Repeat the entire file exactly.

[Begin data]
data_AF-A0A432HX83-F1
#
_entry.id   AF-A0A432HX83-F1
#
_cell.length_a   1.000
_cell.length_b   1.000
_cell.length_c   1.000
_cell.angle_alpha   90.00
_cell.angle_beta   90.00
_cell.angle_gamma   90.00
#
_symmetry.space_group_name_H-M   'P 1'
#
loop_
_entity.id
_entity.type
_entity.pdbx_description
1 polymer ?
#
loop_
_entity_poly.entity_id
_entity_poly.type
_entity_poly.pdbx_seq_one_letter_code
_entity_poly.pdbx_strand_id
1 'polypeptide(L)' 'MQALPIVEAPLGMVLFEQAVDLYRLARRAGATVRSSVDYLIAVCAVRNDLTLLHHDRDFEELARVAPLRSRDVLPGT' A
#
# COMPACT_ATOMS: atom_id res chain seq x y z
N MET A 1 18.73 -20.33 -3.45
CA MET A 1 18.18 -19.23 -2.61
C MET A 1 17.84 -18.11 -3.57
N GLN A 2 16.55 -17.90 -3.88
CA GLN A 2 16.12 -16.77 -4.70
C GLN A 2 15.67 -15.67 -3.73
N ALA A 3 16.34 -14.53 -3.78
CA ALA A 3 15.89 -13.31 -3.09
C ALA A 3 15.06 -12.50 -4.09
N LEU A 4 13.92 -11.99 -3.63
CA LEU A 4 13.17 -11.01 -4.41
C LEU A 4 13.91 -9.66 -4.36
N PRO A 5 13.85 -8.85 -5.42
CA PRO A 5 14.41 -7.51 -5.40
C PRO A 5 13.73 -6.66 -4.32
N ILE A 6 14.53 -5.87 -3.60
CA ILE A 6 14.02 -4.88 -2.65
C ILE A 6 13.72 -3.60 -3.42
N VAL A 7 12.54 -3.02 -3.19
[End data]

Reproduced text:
data_AF-A0A432HX83-F1
#
_entry.id   AF-A0A432HX83-F1
#
_cell.length_a   1.000
_cell.length_b   1.000
_cell.length_c   1.000
_cell.angle_alpha   90.00
_cell.angle_beta   90.00
_cell.angle_gamma   90.00
#
_symmetry.space_group_name_H-M   'P 1'
#
loop_
_entity.id
_entity.type
_entity.pdbx_description
1 polymer ?
#
loop_
_entity_poly.entity_id
_entity_poly.type
_entity_poly.pdbx_seq_one_letter_code
_entity_poly.pdbx_strand_id
1 'polypeptide(L)' 'MQALPIVEAPLGMVLFEQAVDLYRLARRAGATVRSSVDYLIAVCAVRNDLTLLHHDRDFEELARVAPLRSRDVLPGT' A
#
# COMPACT_ATOMS: atom_id res chain seq x y z
N MET A 1 18.73 -20.33 -3.45
CA MET A 1 18.18 -19.23 -2.61
C MET A 1 17.84 -18.11 -3.57
N GLN A 2 16.55 -17.90 -3.88
CA GLN A 2 16.12 -16.77 -4.70
C GLN A 2 15.67 -15.67 -3.73
N ALA A 3 16.34 -14.53 -3.78
CA ALA A 3 15.89 -13.31 -3.09
C ALA A 3 15.06 -12.50 -4.09
N LEU A 4 13.92 -11.99 -3.63
CA LEU A 4 13.17 -11.01 -4.41
C LEU A 4 13.91 -9.66 -4.36
N PRO A 5 13.85 -8.85 -5.42
CA PRO A 5 14.41 -7.51 -5.40
C PRO A 5 13.73 -6.66 -4.32
N ILE A 6 14.53 -5.87 -3.60
CA ILE A 6 14.02 -4.88 -2.65
C ILE A 6 13.72 -3.60 -3.42
N VAL A 7 12.54 -3.02 -3.19